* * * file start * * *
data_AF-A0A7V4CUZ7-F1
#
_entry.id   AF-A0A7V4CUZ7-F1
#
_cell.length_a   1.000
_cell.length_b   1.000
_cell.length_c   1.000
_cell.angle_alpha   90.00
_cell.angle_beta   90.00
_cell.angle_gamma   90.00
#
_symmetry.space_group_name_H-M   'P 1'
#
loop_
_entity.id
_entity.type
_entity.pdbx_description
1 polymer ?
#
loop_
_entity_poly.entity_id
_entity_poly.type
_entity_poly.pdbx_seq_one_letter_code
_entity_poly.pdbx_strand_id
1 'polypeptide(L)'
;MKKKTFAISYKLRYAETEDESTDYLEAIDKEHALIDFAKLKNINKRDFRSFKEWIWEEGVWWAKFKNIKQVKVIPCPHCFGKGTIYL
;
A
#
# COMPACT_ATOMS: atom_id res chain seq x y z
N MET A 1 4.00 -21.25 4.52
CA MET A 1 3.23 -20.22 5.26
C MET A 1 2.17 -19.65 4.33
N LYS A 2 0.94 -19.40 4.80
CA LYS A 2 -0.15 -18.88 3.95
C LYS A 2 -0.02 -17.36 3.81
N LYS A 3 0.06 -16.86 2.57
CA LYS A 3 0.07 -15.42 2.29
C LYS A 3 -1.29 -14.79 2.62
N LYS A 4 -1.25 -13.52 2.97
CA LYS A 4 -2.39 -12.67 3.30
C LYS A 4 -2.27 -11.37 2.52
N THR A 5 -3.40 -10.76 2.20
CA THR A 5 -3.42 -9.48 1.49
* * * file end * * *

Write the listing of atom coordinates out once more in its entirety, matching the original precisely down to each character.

data_AF-A0A7V4CUZ7-F1
#
_entry.id   AF-A0A7V4CUZ7-F1
#
_cell.length_a   1.000
_cell.length_b   1.000
_cell.length_c   1.000
_cell.angle_alpha   90.00
_cell.angle_beta   90.00
_cell.angle_gamma   90.00
#
_symmetry.space_group_name_H-M   'P 1'
#
loop_
_entity.id
_entity.type
_entity.pdbx_description
1 polymer ?
#
loop_
_entity_poly.entity_id
_entity_poly.type
_entity_poly.pdbx_seq_one_letter_code
_entity_poly.pdbx_strand_id
1 'polypeptide(L)'
;MKKKTFAISYKLRYAETEDESTDYLEAIDKEHALIDFAKLKNINKRDFRSFKEWIWEEGVWWAKFKNIKQVKVIPCPHCFGKGTIYL
;
A
#
# COMPACT_ATOMS: atom_id res chain seq x y z
N MET A 1 4.00 -21.25 4.52
CA MET A 1 3.23 -20.22 5.26
C MET A 1 2.17 -19.65 4.33
N LYS A 2 0.94 -19.40 4.80
CA LYS A 2 -0.15 -18.88 3.95
C LYS A 2 -0.02 -17.36 3.81
N LYS A 3 0.06 -16.86 2.57
CA LYS A 3 0.07 -15.42 2.29
C LYS A 3 -1.29 -14.79 2.62
N LYS A 4 -1.25 -13.52 2.97
CA LYS A 4 -2.39 -12.67 3.30
C LYS A 4 -2.27 -11.37 2.52
N THR A 5 -3.40 -10.76 2.20
CA THR A 5 -3.42 -9.48 1.49